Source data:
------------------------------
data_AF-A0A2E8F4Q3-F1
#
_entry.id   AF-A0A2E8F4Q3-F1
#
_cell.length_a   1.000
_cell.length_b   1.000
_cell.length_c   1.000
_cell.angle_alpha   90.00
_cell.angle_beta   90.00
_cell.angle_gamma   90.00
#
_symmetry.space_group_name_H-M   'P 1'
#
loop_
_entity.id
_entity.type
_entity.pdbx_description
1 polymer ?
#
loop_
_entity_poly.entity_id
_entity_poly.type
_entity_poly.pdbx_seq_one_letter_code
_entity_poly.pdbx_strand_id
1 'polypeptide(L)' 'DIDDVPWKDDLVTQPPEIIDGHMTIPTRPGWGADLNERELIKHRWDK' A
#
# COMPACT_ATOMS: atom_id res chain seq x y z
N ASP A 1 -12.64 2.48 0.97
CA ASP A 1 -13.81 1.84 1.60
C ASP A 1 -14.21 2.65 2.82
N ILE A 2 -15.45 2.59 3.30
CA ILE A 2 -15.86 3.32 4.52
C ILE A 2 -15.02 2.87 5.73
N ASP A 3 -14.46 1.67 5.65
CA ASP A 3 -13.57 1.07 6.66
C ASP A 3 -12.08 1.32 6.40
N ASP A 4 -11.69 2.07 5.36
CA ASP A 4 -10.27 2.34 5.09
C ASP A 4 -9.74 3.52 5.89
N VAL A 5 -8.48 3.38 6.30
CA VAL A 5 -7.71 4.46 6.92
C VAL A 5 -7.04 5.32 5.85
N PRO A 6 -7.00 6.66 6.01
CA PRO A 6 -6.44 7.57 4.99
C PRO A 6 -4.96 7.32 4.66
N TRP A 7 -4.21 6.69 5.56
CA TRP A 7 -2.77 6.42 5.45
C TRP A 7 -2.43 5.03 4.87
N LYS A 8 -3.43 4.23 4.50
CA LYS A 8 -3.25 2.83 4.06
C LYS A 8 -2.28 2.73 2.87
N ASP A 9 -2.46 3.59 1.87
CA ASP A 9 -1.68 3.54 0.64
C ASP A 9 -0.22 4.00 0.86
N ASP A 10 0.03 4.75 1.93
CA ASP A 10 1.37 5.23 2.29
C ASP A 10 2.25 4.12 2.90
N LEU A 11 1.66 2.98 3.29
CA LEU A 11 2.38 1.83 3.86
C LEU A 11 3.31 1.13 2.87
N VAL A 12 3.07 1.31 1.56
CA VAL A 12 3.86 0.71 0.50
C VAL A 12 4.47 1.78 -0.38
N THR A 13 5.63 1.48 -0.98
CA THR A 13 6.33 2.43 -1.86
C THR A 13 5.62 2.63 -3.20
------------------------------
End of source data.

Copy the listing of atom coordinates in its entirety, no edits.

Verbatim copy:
data_AF-A0A2E8F4Q3-F1
#
_entry.id   AF-A0A2E8F4Q3-F1
#
_cell.length_a   1.000
_cell.length_b   1.000
_cell.length_c   1.000
_cell.angle_alpha   90.00
_cell.angle_beta   90.00
_cell.angle_gamma   90.00
#
_symmetry.space_group_name_H-M   'P 1'
#
loop_
_entity.id
_entity.type
_entity.pdbx_description
1 polymer ?
#
loop_
_entity_poly.entity_id
_entity_poly.type
_entity_poly.pdbx_seq_one_letter_code
_entity_poly.pdbx_strand_id
1 'polypeptide(L)' 'DIDDVPWKDDLVTQPPEIIDGHMTIPTRPGWGADLNERELIKHRWDK' A
#
# COMPACT_ATOMS: atom_id res chain seq x y z
N ASP A 1 -12.64 2.48 0.97
CA ASP A 1 -13.81 1.84 1.60
C ASP A 1 -14.21 2.65 2.82
N ILE A 2 -15.45 2.59 3.30
CA ILE A 2 -15.86 3.32 4.52
C ILE A 2 -15.02 2.87 5.73
N ASP A 3 -14.46 1.67 5.65
CA ASP A 3 -13.57 1.07 6.66
C ASP A 3 -12.08 1.32 6.40
N ASP A 4 -11.69 2.07 5.36
CA ASP A 4 -10.27 2.34 5.09
C ASP A 4 -9.74 3.52 5.89
N VAL A 5 -8.48 3.38 6.30
CA VAL A 5 -7.71 4.46 6.92
C VAL A 5 -7.04 5.32 5.85
N PRO A 6 -7.00 6.66 6.01
CA PRO A 6 -6.44 7.57 4.99
C PRO A 6 -4.96 7.32 4.66
N TRP A 7 -4.21 6.69 5.56
CA TRP A 7 -2.77 6.42 5.45
C TRP A 7 -2.43 5.03 4.87
N LYS A 8 -3.43 4.23 4.50
CA LYS A 8 -3.25 2.83 4.06
C LYS A 8 -2.28 2.73 2.87
N ASP A 9 -2.46 3.59 1.87
CA ASP A 9 -1.68 3.54 0.64
C ASP A 9 -0.22 4.00 0.86
N ASP A 10 0.03 4.75 1.93
CA ASP A 10 1.37 5.23 2.29
C ASP A 10 2.25 4.12 2.90
N LEU A 11 1.66 2.98 3.29
CA LEU A 11 2.38 1.83 3.86
C LEU A 11 3.31 1.13 2.87
N VAL A 12 3.07 1.31 1.56
CA VAL A 12 3.86 0.71 0.50
C VAL A 12 4.47 1.78 -0.38
N THR A 13 5.63 1.48 -0.98
CA THR A 13 6.33 2.43 -1.86
C THR A 13 5.62 2.63 -3.20